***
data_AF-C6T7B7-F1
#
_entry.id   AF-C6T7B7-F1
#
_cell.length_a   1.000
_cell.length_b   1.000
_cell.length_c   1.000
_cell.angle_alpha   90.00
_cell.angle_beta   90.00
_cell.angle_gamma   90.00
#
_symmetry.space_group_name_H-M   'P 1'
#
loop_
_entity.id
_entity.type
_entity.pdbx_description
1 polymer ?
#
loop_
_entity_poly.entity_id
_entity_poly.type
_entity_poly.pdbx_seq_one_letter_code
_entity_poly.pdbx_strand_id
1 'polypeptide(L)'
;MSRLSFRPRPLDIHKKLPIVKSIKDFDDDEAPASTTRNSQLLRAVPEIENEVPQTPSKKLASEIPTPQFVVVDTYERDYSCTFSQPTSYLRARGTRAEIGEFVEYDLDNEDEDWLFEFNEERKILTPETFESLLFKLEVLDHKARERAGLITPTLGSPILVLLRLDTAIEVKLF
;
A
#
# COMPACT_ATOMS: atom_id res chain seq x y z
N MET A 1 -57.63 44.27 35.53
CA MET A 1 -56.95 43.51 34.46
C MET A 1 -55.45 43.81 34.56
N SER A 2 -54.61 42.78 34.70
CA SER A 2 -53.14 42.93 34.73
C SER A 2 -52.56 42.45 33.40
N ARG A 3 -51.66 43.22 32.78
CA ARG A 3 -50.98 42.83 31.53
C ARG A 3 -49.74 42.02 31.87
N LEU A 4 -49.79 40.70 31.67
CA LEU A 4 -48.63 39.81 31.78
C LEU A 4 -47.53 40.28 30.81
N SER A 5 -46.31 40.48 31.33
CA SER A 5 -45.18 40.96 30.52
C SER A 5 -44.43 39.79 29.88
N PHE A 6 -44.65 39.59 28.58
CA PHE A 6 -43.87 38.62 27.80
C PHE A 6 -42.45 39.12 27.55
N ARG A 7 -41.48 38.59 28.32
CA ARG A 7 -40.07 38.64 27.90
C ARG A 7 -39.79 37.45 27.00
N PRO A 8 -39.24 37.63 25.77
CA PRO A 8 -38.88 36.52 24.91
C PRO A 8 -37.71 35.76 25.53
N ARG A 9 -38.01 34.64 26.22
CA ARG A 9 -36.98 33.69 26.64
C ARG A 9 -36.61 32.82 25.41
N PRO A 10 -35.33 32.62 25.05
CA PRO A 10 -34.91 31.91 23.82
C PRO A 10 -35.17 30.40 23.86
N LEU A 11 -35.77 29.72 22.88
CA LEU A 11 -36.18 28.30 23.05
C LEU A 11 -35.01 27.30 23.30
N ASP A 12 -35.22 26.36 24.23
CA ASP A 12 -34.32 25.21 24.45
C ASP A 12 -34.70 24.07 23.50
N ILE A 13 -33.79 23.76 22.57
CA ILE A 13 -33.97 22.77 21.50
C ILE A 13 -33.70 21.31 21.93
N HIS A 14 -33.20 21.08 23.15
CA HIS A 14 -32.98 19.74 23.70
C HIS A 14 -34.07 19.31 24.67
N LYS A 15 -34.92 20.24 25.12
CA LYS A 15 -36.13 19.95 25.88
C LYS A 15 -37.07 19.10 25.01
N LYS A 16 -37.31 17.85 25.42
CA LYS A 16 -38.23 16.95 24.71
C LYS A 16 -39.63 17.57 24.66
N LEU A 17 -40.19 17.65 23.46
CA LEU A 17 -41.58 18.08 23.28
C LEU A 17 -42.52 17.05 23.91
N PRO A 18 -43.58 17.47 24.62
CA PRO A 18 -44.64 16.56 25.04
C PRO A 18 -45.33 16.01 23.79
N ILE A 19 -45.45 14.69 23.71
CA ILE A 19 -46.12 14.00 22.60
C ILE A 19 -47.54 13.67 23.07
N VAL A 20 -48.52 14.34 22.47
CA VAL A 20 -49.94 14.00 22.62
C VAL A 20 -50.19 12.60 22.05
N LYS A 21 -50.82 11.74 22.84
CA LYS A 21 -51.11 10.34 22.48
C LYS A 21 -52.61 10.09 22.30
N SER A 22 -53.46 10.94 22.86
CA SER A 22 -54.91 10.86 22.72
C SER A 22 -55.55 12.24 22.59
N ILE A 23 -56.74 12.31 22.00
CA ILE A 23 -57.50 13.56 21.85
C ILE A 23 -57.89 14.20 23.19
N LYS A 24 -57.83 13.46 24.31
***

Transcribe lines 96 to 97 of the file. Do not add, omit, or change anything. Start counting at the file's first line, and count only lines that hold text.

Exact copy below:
C SER A 22 -55.55 12.24 22.59
N ILE A 23 -56.74 12.31 22.00